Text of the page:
Marianne Williamson and the Power of Prayer

So, let me get this straight. Marianne Williamson should be disqualified as a viable presidential candidate because she has too much faith in the power of prayer, of mind, of love, and of God.

The disqualification was sparked by a tweet she made as Hurricane Dorian was bearing down upon the southern coast of the United States. It read: “The Bahamas, Florida, Georgia and the Carolinas…may all be in our prayers now. Millions of us seeing Dorian turn away from land is not a wacky idea; it is a creative use of the power of the mind. Two minutes of prayer, visualization, meditation for those in the way of the storm,”

It was a call to faith addressed to a nation where the majority considers itself followers of the one who said, “If you have faith, even as a mustard seed, and say to this mountain ‘move from here to there,’ it will obey you” (MT 17:20).

[Yes, faith and its power to “move mountains” is an idea that appears multiple times in the Jesus tradition, indicating that the phrase probably originated with the Master himself. But, of course, Jesus’ words presume that his listeners, like most of us, had no such minimal faith. Hence, he implied, our belief remains powerless.] 

Jesus’ faith aside though, consider the content of Ms. Williamson’s tweet. It simply asked her followers:

  1. To face the power of our human minds and spirits as much greater and connected with natural forces than we generally believe.
  2. In view of that fact, to activate their collective force to avert disaster.
  3. And to do so by stilling that mind through meditation, by praying for those in the hurricanes path, and by visualizing their prayers answered.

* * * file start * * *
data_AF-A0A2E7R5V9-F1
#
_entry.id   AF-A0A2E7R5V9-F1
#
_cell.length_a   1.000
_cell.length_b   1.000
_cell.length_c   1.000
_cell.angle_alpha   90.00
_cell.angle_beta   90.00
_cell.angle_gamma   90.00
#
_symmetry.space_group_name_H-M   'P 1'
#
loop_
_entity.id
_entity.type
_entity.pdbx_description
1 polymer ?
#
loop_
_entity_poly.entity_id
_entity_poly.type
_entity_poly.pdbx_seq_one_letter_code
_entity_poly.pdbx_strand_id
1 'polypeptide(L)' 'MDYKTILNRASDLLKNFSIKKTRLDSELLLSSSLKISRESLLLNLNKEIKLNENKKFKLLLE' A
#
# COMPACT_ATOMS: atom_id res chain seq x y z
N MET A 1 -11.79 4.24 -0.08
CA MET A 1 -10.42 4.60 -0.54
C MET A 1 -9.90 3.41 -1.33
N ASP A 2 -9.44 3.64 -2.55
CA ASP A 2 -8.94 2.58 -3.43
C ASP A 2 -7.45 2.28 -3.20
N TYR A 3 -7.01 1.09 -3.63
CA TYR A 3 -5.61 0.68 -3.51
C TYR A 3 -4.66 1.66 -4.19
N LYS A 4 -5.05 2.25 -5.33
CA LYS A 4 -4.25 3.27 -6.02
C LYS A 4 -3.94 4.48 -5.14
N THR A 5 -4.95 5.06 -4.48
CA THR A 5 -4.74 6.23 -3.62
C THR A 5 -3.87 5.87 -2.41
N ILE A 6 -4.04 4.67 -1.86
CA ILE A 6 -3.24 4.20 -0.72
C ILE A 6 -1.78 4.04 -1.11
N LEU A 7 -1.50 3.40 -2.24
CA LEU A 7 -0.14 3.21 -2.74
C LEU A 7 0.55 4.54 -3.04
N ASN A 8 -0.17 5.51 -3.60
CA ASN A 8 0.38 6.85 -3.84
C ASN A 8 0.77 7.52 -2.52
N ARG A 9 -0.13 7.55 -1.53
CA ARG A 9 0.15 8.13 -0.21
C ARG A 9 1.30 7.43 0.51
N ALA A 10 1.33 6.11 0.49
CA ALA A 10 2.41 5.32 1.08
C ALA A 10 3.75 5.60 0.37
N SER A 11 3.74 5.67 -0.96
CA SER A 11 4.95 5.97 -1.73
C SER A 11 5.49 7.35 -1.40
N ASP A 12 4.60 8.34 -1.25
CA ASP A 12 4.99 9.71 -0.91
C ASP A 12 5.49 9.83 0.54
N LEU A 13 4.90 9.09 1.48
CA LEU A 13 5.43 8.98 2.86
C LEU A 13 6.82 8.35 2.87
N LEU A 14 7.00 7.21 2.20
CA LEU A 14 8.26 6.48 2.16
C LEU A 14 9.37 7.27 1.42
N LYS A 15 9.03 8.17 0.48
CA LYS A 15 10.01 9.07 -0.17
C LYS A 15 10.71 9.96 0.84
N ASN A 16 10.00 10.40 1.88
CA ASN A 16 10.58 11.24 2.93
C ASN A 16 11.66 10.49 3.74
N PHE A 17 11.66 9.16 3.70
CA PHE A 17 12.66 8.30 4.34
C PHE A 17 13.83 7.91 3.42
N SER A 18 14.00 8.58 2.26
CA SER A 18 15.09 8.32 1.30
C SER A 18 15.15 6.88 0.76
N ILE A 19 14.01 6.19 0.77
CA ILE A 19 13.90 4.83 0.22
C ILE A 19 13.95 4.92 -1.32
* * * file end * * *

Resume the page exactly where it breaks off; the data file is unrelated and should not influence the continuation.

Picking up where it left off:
Read it again: that’s exactly what the tweet says! Nothing more; nothing less.

In other words, it was all quite harmless and potentially powerful. There was nothing in it of fear, hatred, climate-change denial or blame of victims – all the responses we’ve come to expect from the outrageous tweets of more conventional politicians. Instead, there was only expression of solidarity, compassion, faith, stillness, and acceptance of what traditional spirituality tells us of the untapped power of the human spirit that consciously aligns itself with the divine.

As I’ve already indicated, the tweet also implied a connection between human consciousness and Mother Nature herself – something underlined in the mystical traditions belonging to all the world’s great faiths and to mainstream science as well. (As Francis of Assisi would remind us, all of us are in some sense a part of “Brother Hurricane” Dorian.) 

But, horror of horrors (!) such expression of traditional faith and scientific insight was enough to disqualify Williamson from presidential candidacy. Whoopi Goldberg and panel members on “The View” ridiculed her. Others characterized her as no better than that of religious fundamentalists.

To my mind, however, it proves just the opposite.

Williamson’s tweet demonstrates how truly different she is from her fellow candidates as well as from the fundamentalists who have hijacked the faith of Jesus. And how refreshing! Her viewpoint is what our times require, where expressions of faith are limited to “thoughts and prayers” after mass shootings — or to divisive imposition of narrow beliefs about abortion and rejection of LGBTQQIAAPs.

In fact, Marianne Williamson is so different from what we expect from politicians and secular leftists that when she simply expresses solidarity with those in the Bahamas, Florida, Georgia and the Carolinas (whose prayers no doubt echoed Marianne’s tweet) she reveals herself as absolutely mystifying, incomprehensible, and unacceptable.

Let’s face that too: Williamson’s tweet expressed extraordinary solidarity with those in Dorian’s path. Without doubt, many of them were praying that the hurricane’s force might be mitigated or diverted. In fact, if we found ourselves in their circumstances, the religious among us (and “foxhole Christians” as well) would be offering similar prayers: “Please, Lord, save me and my family from this hurricane. Change its path. Keep us safe.”

And what would be wrong with that? It’s an absolutely human response to impending disaster.

No, the hubbub over Ms. Williamson’s tweet is but another demonstration of why her candidacy is indispensable. We need her to profoundly change our political conversation, to move that conversation from fear and denial to compassion, and to unveil the true nature of faith engaged with an overly-secularized world.